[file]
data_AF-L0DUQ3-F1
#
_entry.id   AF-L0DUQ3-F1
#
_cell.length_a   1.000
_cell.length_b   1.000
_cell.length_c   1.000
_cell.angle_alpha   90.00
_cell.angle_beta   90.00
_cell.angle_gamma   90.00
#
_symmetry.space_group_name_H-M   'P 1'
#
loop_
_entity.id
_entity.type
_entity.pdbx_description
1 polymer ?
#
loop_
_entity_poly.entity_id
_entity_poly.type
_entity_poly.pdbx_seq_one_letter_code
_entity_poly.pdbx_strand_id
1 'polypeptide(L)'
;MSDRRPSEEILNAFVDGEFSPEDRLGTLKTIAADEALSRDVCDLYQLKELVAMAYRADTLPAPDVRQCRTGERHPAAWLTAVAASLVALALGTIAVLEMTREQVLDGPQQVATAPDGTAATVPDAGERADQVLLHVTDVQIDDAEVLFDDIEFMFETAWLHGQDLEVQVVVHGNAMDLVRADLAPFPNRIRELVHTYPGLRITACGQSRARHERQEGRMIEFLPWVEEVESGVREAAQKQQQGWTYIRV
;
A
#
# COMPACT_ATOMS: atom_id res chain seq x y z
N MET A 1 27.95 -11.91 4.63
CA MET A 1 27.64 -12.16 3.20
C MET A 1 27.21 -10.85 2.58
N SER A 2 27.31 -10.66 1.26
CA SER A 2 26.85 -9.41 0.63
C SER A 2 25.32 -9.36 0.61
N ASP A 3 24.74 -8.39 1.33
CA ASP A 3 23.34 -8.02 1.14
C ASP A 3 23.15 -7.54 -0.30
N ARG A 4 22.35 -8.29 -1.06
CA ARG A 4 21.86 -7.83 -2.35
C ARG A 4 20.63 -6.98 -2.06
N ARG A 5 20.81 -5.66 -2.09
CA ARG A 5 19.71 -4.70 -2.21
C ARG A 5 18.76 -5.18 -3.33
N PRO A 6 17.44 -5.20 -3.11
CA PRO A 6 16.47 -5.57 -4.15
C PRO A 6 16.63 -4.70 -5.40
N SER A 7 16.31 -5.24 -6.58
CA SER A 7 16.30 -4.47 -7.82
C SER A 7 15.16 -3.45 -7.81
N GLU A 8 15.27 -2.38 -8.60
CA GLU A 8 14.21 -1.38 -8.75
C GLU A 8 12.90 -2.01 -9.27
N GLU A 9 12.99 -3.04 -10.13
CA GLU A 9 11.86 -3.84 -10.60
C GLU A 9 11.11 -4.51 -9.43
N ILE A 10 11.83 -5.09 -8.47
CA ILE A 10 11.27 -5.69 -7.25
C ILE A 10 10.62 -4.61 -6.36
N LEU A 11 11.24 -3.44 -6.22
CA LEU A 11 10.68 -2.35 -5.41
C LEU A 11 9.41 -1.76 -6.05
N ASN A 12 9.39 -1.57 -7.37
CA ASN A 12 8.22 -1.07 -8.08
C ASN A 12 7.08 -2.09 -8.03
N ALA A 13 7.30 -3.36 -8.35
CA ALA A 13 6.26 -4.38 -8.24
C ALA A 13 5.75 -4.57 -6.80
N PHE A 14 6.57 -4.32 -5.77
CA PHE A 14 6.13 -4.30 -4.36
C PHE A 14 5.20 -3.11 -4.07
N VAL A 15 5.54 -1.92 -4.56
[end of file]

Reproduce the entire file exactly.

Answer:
data_AF-L0DUQ3-F1
#
_entry.id   AF-L0DUQ3-F1
#
_cell.length_a   1.000
_cell.length_b   1.000
_cell.length_c   1.000
_cell.angle_alpha   90.00
_cell.angle_beta   90.00
_cell.angle_gamma   90.00
#
_symmetry.space_group_name_H-M   'P 1'
#
loop_
_entity.id
_entity.type
_entity.pdbx_description
1 polymer ?
#
loop_
_entity_poly.entity_id
_entity_poly.type
_entity_poly.pdbx_seq_one_letter_code
_entity_poly.pdbx_strand_id
1 'polypeptide(L)'
;MSDRRPSEEILNAFVDGEFSPEDRLGTLKTIAADEALSRDVCDLYQLKELVAMAYRADTLPAPDVRQCRTGERHPAAWLTAVAASLVALALGTIAVLEMTREQVLDGPQQVATAPDGTAATVPDAGERADQVLLHVTDVQIDDAEVLFDDIEFMFETAWLHGQDLEVQVVVHGNAMDLVRADLAPFPNRIRELVHTYPGLRITACGQSRARHERQEGRMIEFLPWVEEVESGVREAAQKQQQGWTYIRV
;
A
#
# COMPACT_ATOMS: atom_id res chain seq x y z
N MET A 1 27.95 -11.91 4.63
CA MET A 1 27.64 -12.16 3.20
C MET A 1 27.21 -10.85 2.58
N SER A 2 27.31 -10.66 1.26
CA SER A 2 26.85 -9.41 0.63
C SER A 2 25.32 -9.36 0.61
N ASP A 3 24.74 -8.39 1.33
CA ASP A 3 23.34 -8.02 1.14
C ASP A 3 23.15 -7.54 -0.30
N ARG A 4 22.35 -8.29 -1.06
CA ARG A 4 21.86 -7.83 -2.35
C ARG A 4 20.63 -6.98 -2.06
N ARG A 5 20.81 -5.66 -2.09
CA ARG A 5 19.71 -4.70 -2.21
C ARG A 5 18.76 -5.18 -3.33
N PRO A 6 17.44 -5.20 -3.11
CA PRO A 6 16.47 -5.57 -4.15
C PRO A 6 16.63 -4.70 -5.40
N SER A 7 16.31 -5.24 -6.58
CA SER A 7 16.30 -4.47 -7.82
C SER A 7 15.16 -3.45 -7.81
N GLU A 8 15.27 -2.38 -8.60
CA GLU A 8 14.21 -1.38 -8.75
C GLU A 8 12.90 -2.01 -9.27
N GLU A 9 12.99 -3.04 -10.13
CA GLU A 9 11.86 -3.84 -10.60
C GLU A 9 11.11 -4.51 -9.43
N ILE A 10 11.83 -5.09 -8.47
CA ILE A 10 11.27 -5.69 -7.25
C ILE A 10 10.62 -4.61 -6.36
N LEU A 11 11.24 -3.44 -6.22
CA LEU A 11 10.68 -2.35 -5.41
C LEU A 11 9.41 -1.76 -6.05
N ASN A 12 9.39 -1.57 -7.37
CA ASN A 12 8.22 -1.07 -8.08
C ASN A 12 7.08 -2.09 -8.03
N ALA A 13 7.30 -3.36 -8.35
CA ALA A 13 6.26 -4.38 -8.24
C ALA A 13 5.75 -4.57 -6.80
N PHE A 14 6.57 -4.32 -5.77
CA PHE A 14 6.13 -4.30 -4.36
C PHE A 14 5.20 -3.11 -4.07
N VAL A 15 5.54 -1.92 -4.56